The Seventh Seal

The Seventh Seal ★★★★

This review may contain spoilers. I can handle the truth.

This review may contain spoilers.

Ingmar Bergman's The Seventh Seal is both right up my alley, yet just as abhorrently far from it as I originally preferred it to be for the longest time until watching. Even the smallest notion of a discussion on mortality and the unanswered questions of what happens post-mortem terrifies me to no end...but in actually watching the thing I have surprisingly come to find it is not just littered in religious doubt and nihilism, but full on dark comedy, blacker than the plague that called forth Death in all his bald-headed, black-robed infamy centuries before he graced a far better film involving some time-traveling phone booth.

I noticed this deathly divine comedy immediately. Max Von Sydow sees Death incarnated on the sandy shores and instantly, nonchalantly asks to play chess TO WHICH the all-powerful reaper agrees! Based on what? Religious paintings commissioned by the churches and empty hearsay from the meek who praise the false deity his very existence disproves? Why does Death bend down on his hands and knees to the whims of mere mortals crafting stories in superfluous attempts to double down on immortality? With a hair selection in the main crew of plague escapees comprised of a bowl cut, buzzcut, and receded curls, you could've honestly had Medieval Three Stooges strike a knuckleheaded gamble against Death itself if that's how Bergman was shooting to play it. There is also actual comedy too though, mostly in the form of Sydow's squire, Jöns; but even then each instance even remotely resembling a comedic tone is still coated in the toxic grip of death.

On a far more serious tone, the film does hold something special. You can feel the power it held through Bergman's direction, and the influence it brought to cinema. Riddled in Bergman's own childhood ponderings on death and religion from his days as a chaplain's son, the film does take on such a grimdark topic, yet still shines forth some semblance of light in it's closing minutes that examine what it is to live and what it is to die; people may try as hard as they might to scheme and finesse Death in their tug-of-war game of chess, but it is always he who wins no matter the slight. All that really matters when your game is lost, is a reflection on the good you've brought forth in the world as you depart...toward just whatever it is that's actually out there, I suppose!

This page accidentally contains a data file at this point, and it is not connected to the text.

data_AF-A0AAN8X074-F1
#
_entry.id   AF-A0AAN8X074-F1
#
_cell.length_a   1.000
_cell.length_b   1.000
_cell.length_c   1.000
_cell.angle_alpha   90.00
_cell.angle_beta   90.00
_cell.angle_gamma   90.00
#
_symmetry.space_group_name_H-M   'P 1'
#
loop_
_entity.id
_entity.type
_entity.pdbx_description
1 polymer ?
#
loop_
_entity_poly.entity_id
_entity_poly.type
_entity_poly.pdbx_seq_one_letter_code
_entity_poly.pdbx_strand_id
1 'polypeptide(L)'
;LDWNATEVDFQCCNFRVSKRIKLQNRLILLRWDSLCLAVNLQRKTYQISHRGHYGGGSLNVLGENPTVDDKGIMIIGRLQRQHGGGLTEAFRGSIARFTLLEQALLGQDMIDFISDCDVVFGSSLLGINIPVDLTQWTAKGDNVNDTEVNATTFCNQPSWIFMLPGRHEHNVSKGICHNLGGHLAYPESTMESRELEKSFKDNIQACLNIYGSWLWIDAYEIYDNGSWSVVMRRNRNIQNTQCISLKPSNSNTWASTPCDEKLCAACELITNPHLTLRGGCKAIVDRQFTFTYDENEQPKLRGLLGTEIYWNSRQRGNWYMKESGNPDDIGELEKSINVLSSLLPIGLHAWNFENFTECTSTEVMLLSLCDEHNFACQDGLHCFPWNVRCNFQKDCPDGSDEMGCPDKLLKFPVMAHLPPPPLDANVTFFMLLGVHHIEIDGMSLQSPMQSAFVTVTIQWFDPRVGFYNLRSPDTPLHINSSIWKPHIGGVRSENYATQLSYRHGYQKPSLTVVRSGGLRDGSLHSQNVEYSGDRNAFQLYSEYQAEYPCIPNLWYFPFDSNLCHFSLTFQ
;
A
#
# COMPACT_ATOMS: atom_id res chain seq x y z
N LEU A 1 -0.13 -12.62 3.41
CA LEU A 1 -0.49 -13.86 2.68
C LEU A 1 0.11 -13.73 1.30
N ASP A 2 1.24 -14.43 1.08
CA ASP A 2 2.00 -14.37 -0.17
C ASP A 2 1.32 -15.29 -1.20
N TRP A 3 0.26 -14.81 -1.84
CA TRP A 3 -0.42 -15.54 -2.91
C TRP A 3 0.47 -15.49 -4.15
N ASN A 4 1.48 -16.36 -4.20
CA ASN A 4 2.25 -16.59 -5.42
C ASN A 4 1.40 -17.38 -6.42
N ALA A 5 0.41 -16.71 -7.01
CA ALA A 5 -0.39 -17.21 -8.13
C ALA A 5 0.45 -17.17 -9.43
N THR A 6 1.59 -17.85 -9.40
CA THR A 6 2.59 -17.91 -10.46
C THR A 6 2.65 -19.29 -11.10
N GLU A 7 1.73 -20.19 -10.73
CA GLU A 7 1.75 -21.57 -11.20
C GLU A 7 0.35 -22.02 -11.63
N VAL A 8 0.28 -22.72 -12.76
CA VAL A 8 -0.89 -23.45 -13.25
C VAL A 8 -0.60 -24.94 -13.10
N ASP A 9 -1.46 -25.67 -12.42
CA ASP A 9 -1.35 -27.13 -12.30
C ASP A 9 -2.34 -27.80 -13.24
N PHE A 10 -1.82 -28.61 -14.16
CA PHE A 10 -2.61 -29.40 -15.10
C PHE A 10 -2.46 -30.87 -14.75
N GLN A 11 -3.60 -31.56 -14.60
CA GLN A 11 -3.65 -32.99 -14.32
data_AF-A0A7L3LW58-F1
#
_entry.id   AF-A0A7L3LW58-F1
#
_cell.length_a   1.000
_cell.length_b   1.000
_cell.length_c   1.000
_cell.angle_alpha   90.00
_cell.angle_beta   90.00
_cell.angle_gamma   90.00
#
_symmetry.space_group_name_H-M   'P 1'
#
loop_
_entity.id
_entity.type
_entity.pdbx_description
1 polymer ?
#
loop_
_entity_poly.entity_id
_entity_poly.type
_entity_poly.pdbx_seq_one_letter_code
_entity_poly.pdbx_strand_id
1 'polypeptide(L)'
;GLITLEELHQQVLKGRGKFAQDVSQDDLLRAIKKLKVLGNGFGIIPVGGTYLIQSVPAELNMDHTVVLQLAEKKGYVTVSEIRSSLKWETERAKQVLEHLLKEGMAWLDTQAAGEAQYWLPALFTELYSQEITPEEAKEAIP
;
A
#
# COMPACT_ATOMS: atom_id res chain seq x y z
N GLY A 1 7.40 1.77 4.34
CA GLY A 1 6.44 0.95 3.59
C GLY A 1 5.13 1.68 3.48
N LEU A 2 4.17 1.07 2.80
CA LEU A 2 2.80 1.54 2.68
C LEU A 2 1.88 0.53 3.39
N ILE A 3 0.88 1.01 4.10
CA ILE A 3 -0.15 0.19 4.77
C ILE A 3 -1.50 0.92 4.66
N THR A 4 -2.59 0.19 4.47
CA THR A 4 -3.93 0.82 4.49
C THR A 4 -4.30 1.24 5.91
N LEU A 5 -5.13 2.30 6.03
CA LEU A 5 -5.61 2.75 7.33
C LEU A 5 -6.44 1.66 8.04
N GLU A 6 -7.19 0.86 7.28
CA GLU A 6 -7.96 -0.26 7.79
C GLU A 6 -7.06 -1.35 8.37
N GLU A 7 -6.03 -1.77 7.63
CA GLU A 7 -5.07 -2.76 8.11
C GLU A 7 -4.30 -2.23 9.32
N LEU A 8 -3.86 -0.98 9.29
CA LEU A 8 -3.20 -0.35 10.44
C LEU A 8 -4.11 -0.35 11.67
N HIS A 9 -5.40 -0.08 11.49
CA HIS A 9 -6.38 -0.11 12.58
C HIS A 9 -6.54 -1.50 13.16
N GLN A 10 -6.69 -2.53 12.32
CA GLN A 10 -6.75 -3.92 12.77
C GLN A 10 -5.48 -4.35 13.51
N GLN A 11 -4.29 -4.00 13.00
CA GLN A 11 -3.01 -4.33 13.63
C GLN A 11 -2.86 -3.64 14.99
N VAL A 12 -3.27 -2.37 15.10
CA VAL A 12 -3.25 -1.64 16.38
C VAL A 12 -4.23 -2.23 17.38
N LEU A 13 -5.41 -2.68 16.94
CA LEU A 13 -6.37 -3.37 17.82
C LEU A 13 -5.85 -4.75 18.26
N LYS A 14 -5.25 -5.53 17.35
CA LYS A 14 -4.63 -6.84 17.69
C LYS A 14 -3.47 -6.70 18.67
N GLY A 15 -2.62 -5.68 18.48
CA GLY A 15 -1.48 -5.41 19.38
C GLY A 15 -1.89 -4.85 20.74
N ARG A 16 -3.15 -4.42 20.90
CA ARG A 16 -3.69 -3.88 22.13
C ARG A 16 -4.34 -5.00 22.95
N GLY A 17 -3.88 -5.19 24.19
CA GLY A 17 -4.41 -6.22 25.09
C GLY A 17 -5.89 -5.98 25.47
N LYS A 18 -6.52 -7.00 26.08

I also noticed quite literally the beats taken from the film's namesake, The Seventh Seal, of apocalyptic infamy from the Book of Revelations and hearsay of John, from Patmos. The seal is obviously the seventh one, but each of the seven seals play a part in the story in sequential, numerical order. As the film begins, the first four seals are unleashed as War, Conquest, and Famine beckon Death forth into the plot and an unfortunate beachside Von Sydow. As the plague wrecks havoc upon humanity, the fifth seal brings martyrs for the pain its seals hath wrought in the form of the sacrificial devil-worshipping woman burned in the name of God's wrath as the sixth seal brings forth cataclysmic storms upon our ragtag group. Finally, the film and the seals have reached their predestined conclusion as the seventh seal heralds our seven characters toward the castle to be judged by Death himself, whom they greet with open arms..or something like that? I am not really a religious person, but the mythos and stories are pretty interesting to me, so I love tackling films that delve into them like this, I had a pretty nice time.